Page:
A few weeks ago, my phone rang with a call from an unfamiliar number. On the line was yet another new therapist reaching out to schedule yet another first appointment.
I was introduced to the benefits of counseling during college, where I was a psychology major. As a student, I was given 12 free therapy sessions per school year. I learned to love therapy. But I was unprepared for just how hard it would be to find a mental health professional of color in the real world.
Growing up Black taught me that strength and persistence were nonnegotiable, and I learned to internalize my issues instead of expressing them. I was bullied throughout my childhood and was the victim of consistent and unwanted sexual advances in my adolescence. My husband and I were both living in poverty when we got married.
I’ve grown and defied the odds of my youth, but that cocktail of experiences has left me with a lot of residual anxiety and occasionally depression. Sometimes I feel like I’m one fruit short of a basket case.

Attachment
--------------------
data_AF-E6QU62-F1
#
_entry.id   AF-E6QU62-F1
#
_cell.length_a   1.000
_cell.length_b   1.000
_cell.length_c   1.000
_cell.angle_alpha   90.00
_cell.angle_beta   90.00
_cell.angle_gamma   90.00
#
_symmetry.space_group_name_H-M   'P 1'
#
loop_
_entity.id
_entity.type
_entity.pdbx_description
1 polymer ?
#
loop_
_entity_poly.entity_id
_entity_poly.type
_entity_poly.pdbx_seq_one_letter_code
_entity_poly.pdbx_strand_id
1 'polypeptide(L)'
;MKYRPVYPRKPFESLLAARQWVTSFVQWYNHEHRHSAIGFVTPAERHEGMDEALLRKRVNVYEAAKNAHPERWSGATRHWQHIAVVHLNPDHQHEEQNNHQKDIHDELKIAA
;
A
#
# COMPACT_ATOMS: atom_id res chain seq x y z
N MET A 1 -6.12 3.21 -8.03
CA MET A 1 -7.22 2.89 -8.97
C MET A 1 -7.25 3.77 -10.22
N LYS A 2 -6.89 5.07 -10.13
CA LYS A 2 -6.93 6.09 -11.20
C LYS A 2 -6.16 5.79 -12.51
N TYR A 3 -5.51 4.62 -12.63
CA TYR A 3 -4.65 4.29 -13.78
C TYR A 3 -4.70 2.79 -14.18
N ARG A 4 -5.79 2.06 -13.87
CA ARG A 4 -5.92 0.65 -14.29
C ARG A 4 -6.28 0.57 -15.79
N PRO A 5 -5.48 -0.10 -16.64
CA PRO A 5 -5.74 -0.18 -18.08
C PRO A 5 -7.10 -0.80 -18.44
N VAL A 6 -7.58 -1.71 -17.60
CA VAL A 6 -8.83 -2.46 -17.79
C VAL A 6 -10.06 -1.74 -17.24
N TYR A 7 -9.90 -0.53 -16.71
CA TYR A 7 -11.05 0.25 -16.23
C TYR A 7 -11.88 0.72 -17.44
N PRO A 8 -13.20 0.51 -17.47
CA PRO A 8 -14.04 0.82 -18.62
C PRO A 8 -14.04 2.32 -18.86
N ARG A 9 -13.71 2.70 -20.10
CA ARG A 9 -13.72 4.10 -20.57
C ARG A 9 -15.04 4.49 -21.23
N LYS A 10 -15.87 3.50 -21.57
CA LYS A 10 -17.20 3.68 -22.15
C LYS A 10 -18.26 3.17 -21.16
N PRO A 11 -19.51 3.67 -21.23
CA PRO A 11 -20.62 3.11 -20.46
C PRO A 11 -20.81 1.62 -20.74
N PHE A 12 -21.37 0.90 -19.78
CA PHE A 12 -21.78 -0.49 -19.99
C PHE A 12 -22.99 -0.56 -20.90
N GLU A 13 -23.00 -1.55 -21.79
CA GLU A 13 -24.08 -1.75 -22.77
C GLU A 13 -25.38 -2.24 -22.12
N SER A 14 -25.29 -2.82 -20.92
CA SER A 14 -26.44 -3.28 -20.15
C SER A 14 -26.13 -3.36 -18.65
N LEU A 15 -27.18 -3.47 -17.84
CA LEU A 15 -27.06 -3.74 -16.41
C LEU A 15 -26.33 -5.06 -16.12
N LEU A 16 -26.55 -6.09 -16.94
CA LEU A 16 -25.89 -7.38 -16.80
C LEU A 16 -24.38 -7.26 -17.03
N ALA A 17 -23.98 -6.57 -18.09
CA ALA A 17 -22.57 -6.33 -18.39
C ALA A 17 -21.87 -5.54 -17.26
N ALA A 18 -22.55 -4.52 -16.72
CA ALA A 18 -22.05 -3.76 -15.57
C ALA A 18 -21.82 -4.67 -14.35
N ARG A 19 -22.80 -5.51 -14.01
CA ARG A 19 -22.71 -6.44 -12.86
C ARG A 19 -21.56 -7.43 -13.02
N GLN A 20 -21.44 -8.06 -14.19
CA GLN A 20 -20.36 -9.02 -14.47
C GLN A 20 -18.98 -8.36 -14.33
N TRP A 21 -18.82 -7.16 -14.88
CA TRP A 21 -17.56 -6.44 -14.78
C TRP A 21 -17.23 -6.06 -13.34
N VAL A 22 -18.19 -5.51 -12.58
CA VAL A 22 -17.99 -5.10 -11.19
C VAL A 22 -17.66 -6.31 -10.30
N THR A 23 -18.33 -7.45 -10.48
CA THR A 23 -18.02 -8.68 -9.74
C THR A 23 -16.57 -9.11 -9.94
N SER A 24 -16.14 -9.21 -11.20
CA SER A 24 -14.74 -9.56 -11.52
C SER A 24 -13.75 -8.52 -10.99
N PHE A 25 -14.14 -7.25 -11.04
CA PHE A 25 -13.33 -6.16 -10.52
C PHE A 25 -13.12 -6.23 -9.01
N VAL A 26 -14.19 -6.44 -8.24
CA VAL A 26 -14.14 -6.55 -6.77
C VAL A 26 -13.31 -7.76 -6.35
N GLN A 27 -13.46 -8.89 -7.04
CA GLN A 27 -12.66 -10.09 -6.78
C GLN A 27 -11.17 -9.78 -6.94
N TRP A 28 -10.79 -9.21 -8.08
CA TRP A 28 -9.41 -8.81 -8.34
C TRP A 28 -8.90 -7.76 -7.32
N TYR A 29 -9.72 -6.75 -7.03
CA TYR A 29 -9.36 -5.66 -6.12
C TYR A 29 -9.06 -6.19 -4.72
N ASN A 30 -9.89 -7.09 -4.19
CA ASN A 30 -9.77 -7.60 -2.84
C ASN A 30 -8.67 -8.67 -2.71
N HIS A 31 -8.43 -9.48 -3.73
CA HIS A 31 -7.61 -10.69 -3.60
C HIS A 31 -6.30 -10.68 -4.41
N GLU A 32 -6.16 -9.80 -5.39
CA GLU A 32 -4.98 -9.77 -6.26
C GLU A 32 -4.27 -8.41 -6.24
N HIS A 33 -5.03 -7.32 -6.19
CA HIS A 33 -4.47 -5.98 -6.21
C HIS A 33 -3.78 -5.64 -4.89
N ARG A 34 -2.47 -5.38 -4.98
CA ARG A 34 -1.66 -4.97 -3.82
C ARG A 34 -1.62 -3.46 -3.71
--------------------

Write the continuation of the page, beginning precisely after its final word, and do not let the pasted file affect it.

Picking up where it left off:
Today I’m a military spouse and one of only a few people of color living in an almost exclusively conservative, white area of rural America. I’ve rotated through eight different therapists over the last six years, trying to find someone who can counsel me. When the new therapist called, I felt hope and dread. I believe in therapy, and I want it, but several bad experiences have left me skeptical.
Seeing a white counselor comes with a lot of anxiety. When I was en route to my first session with the new therapist, I saw a car covered in Donald Trump supporter bumper stickers in the parking lot, and I prayed it did not belong to my therapist. Living in a red state means coming to terms with the fact that it’s a genuine — if not likely — possibility that I could end up entrusting my mental health to someone who supports Trump. Seeking help makes me feel vulnerable enough, but the fear that my therapist will deny my reality is terrifying.
I’ve tried using mental health care directories to locate therapists in my area who understand the experiences of people of color. Unfortunately, all of those searches returned white faces. I’ve asked…